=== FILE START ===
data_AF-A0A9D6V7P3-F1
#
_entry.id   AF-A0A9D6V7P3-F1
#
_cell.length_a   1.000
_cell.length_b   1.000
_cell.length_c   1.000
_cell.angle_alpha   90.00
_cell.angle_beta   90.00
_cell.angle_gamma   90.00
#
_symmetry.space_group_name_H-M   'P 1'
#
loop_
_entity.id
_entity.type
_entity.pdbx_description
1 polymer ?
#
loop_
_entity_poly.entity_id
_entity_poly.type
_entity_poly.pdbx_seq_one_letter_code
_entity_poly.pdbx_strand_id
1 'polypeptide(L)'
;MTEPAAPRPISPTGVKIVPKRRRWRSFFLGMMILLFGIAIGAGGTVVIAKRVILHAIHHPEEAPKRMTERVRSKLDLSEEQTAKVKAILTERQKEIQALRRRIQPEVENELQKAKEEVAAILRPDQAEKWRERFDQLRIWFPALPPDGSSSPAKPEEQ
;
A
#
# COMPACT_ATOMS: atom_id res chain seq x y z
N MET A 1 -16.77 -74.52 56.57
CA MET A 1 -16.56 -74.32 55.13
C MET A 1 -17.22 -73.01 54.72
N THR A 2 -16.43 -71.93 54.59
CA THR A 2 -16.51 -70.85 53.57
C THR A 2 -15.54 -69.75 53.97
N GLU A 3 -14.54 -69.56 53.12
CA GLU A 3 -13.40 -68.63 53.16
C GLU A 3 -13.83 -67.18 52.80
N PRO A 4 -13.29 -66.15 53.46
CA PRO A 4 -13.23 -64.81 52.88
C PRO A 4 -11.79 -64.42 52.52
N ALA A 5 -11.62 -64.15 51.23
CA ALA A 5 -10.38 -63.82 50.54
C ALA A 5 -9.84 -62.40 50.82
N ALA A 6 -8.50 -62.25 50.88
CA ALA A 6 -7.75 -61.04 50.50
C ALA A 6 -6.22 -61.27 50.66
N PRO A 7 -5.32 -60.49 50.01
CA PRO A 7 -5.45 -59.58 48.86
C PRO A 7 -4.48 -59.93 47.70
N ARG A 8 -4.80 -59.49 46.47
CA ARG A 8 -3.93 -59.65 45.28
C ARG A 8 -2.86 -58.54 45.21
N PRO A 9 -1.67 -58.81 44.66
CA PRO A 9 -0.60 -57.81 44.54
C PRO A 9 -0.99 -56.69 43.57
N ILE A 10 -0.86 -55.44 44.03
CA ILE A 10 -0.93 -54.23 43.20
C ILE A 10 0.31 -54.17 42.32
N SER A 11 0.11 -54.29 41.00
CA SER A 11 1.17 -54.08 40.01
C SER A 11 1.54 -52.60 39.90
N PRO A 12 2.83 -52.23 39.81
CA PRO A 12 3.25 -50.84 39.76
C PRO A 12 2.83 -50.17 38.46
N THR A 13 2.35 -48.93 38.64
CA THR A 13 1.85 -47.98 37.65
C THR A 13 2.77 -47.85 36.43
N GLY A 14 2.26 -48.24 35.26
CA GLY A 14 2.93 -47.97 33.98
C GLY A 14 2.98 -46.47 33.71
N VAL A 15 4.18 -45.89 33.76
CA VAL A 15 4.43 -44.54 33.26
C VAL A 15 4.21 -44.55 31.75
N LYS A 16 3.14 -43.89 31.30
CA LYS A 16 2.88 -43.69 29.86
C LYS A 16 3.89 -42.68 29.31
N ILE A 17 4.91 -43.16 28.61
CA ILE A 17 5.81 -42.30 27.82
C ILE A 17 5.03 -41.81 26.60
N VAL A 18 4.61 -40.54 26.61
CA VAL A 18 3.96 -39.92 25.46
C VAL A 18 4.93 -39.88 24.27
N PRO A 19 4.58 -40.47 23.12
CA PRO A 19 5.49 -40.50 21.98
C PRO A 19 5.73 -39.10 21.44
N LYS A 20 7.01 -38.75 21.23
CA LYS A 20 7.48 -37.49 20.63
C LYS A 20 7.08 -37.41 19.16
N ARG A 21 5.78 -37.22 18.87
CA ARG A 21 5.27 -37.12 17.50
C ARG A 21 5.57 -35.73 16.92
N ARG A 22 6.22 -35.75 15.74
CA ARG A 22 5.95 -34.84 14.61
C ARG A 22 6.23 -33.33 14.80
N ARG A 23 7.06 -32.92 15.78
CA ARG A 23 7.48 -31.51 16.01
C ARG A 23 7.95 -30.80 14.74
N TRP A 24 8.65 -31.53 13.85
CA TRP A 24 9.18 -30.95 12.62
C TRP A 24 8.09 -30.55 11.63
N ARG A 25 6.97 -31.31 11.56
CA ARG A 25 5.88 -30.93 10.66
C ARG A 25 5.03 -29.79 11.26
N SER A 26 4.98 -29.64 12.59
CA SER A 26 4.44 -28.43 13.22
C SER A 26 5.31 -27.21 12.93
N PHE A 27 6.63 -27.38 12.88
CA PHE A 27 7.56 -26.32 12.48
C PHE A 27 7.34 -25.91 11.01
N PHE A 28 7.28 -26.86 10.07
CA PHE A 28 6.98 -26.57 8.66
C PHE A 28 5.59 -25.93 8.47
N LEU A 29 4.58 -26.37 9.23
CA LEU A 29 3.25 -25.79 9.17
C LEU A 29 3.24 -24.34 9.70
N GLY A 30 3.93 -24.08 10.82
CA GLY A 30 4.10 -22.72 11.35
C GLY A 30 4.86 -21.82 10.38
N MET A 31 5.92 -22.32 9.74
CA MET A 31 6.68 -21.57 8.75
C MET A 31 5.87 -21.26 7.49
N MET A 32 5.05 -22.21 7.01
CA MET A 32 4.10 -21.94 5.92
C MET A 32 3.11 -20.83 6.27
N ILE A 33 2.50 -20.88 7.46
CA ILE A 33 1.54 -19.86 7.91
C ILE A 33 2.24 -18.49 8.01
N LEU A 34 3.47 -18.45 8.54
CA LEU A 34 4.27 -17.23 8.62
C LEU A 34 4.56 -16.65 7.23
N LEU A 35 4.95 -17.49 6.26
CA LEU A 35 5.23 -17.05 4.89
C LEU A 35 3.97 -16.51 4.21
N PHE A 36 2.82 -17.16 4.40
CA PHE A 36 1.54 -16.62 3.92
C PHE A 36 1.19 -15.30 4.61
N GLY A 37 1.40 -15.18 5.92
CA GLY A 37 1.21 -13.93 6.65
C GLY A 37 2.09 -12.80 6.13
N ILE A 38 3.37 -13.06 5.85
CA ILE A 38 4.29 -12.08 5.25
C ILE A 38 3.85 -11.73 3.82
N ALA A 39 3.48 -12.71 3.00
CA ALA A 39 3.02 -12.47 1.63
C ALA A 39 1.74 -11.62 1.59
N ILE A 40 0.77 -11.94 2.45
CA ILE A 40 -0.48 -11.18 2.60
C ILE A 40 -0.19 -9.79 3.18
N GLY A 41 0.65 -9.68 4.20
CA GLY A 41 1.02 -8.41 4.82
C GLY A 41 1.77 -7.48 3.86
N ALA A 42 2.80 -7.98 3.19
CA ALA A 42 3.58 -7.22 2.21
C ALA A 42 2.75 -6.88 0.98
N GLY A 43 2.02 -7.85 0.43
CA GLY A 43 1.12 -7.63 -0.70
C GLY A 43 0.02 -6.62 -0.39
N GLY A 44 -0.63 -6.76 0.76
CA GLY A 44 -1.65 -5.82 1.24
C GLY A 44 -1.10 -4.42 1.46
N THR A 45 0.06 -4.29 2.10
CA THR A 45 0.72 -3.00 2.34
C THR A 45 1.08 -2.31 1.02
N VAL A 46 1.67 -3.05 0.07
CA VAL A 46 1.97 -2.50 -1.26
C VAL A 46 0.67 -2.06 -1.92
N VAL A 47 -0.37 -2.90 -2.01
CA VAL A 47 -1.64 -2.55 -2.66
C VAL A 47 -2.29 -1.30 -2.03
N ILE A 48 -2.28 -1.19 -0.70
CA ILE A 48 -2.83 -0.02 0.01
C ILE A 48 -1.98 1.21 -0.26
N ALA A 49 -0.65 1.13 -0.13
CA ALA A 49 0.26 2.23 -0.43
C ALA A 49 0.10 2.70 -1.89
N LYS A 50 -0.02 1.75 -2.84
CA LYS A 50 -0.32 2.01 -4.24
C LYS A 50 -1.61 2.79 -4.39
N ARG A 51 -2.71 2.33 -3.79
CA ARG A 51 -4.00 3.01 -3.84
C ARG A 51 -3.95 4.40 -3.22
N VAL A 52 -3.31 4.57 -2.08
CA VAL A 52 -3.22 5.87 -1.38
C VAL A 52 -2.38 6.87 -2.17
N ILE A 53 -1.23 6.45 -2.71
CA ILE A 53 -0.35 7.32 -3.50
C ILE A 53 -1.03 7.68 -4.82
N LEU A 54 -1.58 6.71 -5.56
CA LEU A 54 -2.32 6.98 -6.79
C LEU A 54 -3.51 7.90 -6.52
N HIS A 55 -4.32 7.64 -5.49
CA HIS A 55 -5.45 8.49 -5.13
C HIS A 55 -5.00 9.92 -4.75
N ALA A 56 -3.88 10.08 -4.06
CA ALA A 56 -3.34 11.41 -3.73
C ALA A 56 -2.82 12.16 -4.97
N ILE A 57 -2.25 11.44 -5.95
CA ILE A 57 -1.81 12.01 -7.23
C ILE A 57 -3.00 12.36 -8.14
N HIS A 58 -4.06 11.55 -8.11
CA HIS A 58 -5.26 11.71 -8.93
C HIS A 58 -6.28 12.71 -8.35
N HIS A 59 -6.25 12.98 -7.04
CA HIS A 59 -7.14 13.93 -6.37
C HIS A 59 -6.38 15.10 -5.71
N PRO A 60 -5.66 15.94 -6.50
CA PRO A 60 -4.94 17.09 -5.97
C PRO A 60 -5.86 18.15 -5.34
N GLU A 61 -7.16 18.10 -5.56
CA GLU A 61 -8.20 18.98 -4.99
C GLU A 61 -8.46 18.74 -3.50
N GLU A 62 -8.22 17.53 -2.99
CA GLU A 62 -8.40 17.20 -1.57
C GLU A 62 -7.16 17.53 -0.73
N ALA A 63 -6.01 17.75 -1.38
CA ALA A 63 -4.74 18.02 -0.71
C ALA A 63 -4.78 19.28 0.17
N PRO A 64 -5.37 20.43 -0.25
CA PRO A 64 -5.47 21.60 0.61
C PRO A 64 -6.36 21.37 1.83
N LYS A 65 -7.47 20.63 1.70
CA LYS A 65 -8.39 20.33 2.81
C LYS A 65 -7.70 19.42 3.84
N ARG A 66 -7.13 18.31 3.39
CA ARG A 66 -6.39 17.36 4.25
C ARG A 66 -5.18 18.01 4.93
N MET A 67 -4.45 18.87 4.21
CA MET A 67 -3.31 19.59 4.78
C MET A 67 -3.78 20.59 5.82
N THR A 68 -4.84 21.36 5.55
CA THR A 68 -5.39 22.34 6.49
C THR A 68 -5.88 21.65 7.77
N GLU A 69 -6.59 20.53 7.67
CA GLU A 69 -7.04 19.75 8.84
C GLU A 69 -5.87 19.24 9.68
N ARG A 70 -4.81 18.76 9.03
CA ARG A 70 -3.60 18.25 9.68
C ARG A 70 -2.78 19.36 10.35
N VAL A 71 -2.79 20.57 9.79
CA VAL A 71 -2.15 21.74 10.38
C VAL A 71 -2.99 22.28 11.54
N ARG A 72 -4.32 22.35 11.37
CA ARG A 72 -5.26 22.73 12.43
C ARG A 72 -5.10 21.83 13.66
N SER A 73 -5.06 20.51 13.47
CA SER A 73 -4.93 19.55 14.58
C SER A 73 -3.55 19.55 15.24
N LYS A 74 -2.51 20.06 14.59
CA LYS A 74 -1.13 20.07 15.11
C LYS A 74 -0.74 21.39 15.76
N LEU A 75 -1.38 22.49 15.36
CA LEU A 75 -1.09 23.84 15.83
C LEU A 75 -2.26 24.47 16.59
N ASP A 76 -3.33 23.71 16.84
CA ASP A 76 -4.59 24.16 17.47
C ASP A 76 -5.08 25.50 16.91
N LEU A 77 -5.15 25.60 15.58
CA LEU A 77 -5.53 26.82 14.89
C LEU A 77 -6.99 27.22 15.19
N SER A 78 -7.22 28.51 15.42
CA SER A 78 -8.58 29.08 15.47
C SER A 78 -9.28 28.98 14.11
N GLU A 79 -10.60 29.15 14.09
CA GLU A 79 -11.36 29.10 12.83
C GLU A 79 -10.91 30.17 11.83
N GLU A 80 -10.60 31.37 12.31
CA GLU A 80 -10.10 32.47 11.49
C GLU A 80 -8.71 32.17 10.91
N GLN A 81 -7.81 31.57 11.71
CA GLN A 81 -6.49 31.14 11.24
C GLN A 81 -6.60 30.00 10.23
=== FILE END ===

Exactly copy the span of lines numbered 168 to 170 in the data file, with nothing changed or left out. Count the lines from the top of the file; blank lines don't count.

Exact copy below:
C VAL A 46 0.67 -2.06 -1.92
N VAL A 47 -0.37 -2.90 -2.01
CA VAL A 47 -1.64 -2.55 -2.66